Polymorphism in Java

Polymorphism in Java

A while back a friend and beginning programmer asked me to explain “polymorphism” and why it’s important. It took me a few moments to figure out how to explain the concept and how to apply it. Here is what I came up with:

Polymorphism is the ability to abstract a class and get more granular with objects as you get into sub-classes. While that statement probably doesn’t clarify anything, i will expand on it until it should.

 

As applications grow in size and complexity, it gets difficult to keep everything in a parent class. These classes can get too large and difficult to manage. By breaking them into smaller classes that inherit the base class properties and methods you can safely break things down without losing functionality.

 

Take the concept of fruit. You currently have a class of food called fruit. Now obviously inside of fruit, you have different types. You have citrus (oranges and lemons), berries (blackberries, blueberries, and strawberries), melons (watermelons), and accessory fruits (apples). All of these types of fruits will inherit the base properties and methods of fruits. Each one will add it’s own properties and methods, but will contain the base information. Things like “does it have seeds” will be answered all the way down to the lowest level.

 

Now, since each fruit inside of each type is different, they will inherit the type of fruit, which will give them the base properties and methods of fruit and type. We will work with the citrus fruits in this concept. We have identified that citrus oranges and lemons fall in the citrus fruit category, so we will look at both of them. First we will setup our main class called Fruits.

 

public class Fruits {

public static boolean hasSeeds;

public static double weight;

public static String Name;

public static String Color;

}

 

Now that we have our main class with some generic properties, we can move into the first subclass. The main thing to remember here is to “extend” the Fruits class.

 

public class CitrusFruits extends Fruits {

public static boolean isAcidic;

public static double acidLevel;

public static double sugarLevel;

}

 

Now, we can create our Orange object. The Orange will inherit all of the properties of the first two classes with the ability to create it’s own.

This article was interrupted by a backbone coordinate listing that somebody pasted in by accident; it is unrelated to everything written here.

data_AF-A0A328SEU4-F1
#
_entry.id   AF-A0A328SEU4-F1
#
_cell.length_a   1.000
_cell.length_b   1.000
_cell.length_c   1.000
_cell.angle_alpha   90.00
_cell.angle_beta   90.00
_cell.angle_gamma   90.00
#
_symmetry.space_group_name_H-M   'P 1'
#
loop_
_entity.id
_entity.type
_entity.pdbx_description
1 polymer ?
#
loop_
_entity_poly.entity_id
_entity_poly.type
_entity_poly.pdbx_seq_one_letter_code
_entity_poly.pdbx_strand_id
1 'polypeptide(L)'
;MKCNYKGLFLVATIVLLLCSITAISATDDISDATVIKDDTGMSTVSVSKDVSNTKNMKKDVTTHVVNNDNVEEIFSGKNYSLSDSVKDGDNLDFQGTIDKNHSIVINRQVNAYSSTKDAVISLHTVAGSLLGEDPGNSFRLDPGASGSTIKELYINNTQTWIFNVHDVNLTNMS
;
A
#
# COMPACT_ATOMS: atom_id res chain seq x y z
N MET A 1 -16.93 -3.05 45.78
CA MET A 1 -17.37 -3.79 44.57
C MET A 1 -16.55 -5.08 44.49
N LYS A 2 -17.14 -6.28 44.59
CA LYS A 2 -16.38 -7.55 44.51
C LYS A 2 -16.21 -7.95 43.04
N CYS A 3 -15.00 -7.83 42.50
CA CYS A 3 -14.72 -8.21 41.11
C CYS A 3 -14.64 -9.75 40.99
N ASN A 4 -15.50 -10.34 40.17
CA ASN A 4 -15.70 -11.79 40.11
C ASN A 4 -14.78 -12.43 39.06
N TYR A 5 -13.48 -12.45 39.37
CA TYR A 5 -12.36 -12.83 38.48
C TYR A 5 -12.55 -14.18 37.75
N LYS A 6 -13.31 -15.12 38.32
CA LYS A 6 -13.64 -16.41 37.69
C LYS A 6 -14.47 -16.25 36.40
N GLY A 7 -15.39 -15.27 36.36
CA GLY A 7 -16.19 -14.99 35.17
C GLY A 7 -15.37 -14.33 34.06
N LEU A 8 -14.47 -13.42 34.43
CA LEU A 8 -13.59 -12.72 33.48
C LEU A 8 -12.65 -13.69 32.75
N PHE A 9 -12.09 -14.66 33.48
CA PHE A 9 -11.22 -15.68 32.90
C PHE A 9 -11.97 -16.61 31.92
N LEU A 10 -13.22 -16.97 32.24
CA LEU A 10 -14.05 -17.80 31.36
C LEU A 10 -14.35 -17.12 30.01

public class Orange extends CitrusFruits {

public static String orangeType;

public static String orangeColor;

public static boolean isSweet;

 

public Orange() {

//this is our default constructor and will be used in the creation of the orange object if no variables are passed.

}

 

public Orange(String OrangeType, String OrangeColor, boolean IsSweet) {

orangeType = OrangeType;

orangeColor = OrangeColor;

isSweet = IsSweet;

} //this is a constructor for when we do pass variables

 

public String GetName() {

return Name; //this will return the name that is set in the Fruits class

}

 

public void SetName(String name) {

Name = name; //this will set the name in the fruits class

}

 

 

Now that we have our Orange class you can see how manipulating and getting information with the Fruits class is easy. It’s almost as if the variables were in the Orange class.

 

I have not only given a brief description of the concepts of polymorphism but also given a simple example on to utilize it and why it is important.

Bret

I started learning web design and programming at 12 years old. 15 years later I founded Jmz Software with James. We have both been developing for long time and both still contribute to our open source roots.

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About Bret

I started learning web design and programming at 12 years old. 15 years later I founded Jmz Software with James. We have both been developing for long time and both still contribute to our open source roots.
  • IrishFromMA…

    I didn’t know apples were considered an “accessory” fruit. I enjoyed the article and understand the concept a little better now. Thanks Bret.

    • Bret Zamzow

      I’m glad you enjoyed the article.